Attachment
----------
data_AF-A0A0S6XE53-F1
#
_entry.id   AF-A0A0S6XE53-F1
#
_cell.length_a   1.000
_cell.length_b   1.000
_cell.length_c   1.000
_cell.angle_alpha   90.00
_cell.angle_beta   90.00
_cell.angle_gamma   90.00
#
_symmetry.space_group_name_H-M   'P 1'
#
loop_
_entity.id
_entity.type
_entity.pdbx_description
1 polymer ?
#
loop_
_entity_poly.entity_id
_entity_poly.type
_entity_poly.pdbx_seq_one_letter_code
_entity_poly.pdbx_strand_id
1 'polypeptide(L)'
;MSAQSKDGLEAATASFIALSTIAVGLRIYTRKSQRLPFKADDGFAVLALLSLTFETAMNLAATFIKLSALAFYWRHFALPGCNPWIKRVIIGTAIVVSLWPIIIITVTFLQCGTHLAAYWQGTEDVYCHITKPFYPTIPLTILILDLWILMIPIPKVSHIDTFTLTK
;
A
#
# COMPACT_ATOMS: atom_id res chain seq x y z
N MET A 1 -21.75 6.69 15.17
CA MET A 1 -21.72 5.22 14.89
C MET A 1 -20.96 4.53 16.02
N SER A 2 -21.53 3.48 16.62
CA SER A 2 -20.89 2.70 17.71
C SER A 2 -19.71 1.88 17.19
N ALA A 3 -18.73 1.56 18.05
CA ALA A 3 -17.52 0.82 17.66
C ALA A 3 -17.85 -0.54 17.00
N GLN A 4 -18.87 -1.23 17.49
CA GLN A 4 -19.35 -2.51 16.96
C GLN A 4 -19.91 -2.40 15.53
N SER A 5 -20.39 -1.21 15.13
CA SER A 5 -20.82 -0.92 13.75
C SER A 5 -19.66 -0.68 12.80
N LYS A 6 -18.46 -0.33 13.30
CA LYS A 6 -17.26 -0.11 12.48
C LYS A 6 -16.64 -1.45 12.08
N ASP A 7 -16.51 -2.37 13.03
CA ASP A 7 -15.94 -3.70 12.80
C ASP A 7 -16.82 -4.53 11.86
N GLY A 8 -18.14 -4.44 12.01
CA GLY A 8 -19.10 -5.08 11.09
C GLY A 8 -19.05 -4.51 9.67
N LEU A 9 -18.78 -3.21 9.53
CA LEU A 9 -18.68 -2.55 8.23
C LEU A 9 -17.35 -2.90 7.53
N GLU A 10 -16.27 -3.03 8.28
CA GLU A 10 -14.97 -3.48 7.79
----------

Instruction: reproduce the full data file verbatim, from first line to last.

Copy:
data_AF-A0A0S6XE53-F1
#
_entry.id   AF-A0A0S6XE53-F1
#
_cell.length_a   1.000
_cell.length_b   1.000
_cell.length_c   1.000
_cell.angle_alpha   90.00
_cell.angle_beta   90.00
_cell.angle_gamma   90.00
#
_symmetry.space_group_name_H-M   'P 1'
#
loop_
_entity.id
_entity.type
_entity.pdbx_description
1 polymer ?
#
loop_
_entity_poly.entity_id
_entity_poly.type
_entity_poly.pdbx_seq_one_letter_code
_entity_poly.pdbx_strand_id
1 'polypeptide(L)'
;MSAQSKDGLEAATASFIALSTIAVGLRIYTRKSQRLPFKADDGFAVLALLSLTFETAMNLAATFIKLSALAFYWRHFALPGCNPWIKRVIIGTAIVVSLWPIIIITVTFLQCGTHLAAYWQGTEDVYCHITKPFYPTIPLTILILDLWILMIPIPKVSHIDTFTLTK
;
A
#
# COMPACT_ATOMS: atom_id res chain seq x y z
N MET A 1 -21.75 6.69 15.17
CA MET A 1 -21.72 5.22 14.89
C MET A 1 -20.96 4.53 16.02
N SER A 2 -21.53 3.48 16.62
CA SER A 2 -20.89 2.70 17.71
C SER A 2 -19.71 1.88 17.19
N ALA A 3 -18.73 1.56 18.05
CA ALA A 3 -17.52 0.82 17.66
C ALA A 3 -17.85 -0.54 17.00
N GLN A 4 -18.87 -1.23 17.49
CA GLN A 4 -19.35 -2.51 16.96
C GLN A 4 -19.91 -2.40 15.53
N SER A 5 -20.39 -1.21 15.13
CA SER A 5 -20.82 -0.92 13.75
C SER A 5 -19.66 -0.68 12.80
N LYS A 6 -18.46 -0.33 13.30
CA LYS A 6 -17.26 -0.11 12.48
C LYS A 6 -16.64 -1.45 12.08
N ASP A 7 -16.51 -2.37 13.03
CA ASP A 7 -15.94 -3.70 12.80
C ASP A 7 -16.82 -4.53 11.86
N GLY A 8 -18.14 -4.44 12.01
CA GLY A 8 -19.10 -5.08 11.09
C GLY A 8 -19.05 -4.51 9.67
N LEU A 9 -18.78 -3.21 9.53
CA LEU A 9 -18.68 -2.55 8.23
C LEU A 9 -17.35 -2.90 7.53
N GLU A 10 -16.27 -3.03 8.28
CA GLU A 10 -14.97 -3.48 7.79